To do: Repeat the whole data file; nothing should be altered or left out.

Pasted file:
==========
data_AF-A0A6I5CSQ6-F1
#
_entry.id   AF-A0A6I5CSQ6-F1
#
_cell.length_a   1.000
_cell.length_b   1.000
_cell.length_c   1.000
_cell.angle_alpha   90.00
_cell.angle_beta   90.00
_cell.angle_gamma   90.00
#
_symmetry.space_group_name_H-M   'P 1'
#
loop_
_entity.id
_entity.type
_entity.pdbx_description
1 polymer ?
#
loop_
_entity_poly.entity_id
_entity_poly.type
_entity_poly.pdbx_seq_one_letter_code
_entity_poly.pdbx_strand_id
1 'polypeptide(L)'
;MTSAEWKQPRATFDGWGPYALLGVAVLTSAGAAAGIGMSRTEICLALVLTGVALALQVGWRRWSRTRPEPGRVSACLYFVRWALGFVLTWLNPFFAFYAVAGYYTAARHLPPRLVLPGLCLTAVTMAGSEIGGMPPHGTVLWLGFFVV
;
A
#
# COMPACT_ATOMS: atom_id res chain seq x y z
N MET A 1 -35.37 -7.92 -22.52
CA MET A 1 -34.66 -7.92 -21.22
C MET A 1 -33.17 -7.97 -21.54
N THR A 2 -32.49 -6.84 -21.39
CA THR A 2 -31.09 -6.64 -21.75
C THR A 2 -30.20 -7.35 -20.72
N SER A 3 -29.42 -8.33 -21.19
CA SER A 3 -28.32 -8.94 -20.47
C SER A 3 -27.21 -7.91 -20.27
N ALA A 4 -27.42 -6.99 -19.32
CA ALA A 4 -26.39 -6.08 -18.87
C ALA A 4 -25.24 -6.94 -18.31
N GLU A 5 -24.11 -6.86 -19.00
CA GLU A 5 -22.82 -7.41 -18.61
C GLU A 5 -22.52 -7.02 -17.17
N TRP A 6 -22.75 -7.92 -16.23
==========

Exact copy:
data_AF-A0A6I5CSQ6-F1
#
_entry.id   AF-A0A6I5CSQ6-F1
#
_cell.length_a   1.000
_cell.length_b   1.000
_cell.length_c   1.000
_cell.angle_alpha   90.00
_cell.angle_beta   90.00
_cell.angle_gamma   90.00
#
_symmetry.space_group_name_H-M   'P 1'
#
loop_
_entity.id
_entity.type
_entity.pdbx_description
1 polymer ?
#
loop_
_entity_poly.entity_id
_entity_poly.type
_entity_poly.pdbx_seq_one_letter_code
_entity_poly.pdbx_strand_id
1 'polypeptide(L)'
;MTSAEWKQPRATFDGWGPYALLGVAVLTSAGAAAGIGMSRTEICLALVLTGVALALQVGWRRWSRTRPEPGRVSACLYFVRWALGFVLTWLNPFFAFYAVAGYYTAARHLPPRLVLPGLCLTAVTMAGSEIGGMPPHGTVLWLGFFVV
;
A
#
# COMPACT_ATOMS: atom_id res chain seq x y z
N MET A 1 -35.37 -7.92 -22.52
CA MET A 1 -34.66 -7.92 -21.22
C MET A 1 -33.17 -7.97 -21.54
N THR A 2 -32.49 -6.84 -21.39
CA THR A 2 -31.09 -6.64 -21.75
C THR A 2 -30.20 -7.35 -20.72
N SER A 3 -29.42 -8.33 -21.19
CA SER A 3 -28.32 -8.94 -20.47
C SER A 3 -27.21 -7.91 -20.27
N ALA A 4 -27.42 -6.99 -19.32
CA ALA A 4 -26.39 -6.08 -18.87
C ALA A 4 -25.24 -6.94 -18.31
N GLU A 5 -24.11 -6.86 -19.00
CA GLU A 5 -22.82 -7.41 -18.61
C GLU A 5 -22.52 -7.02 -17.17
N TRP A 6 -22.75 -7.92 -16.23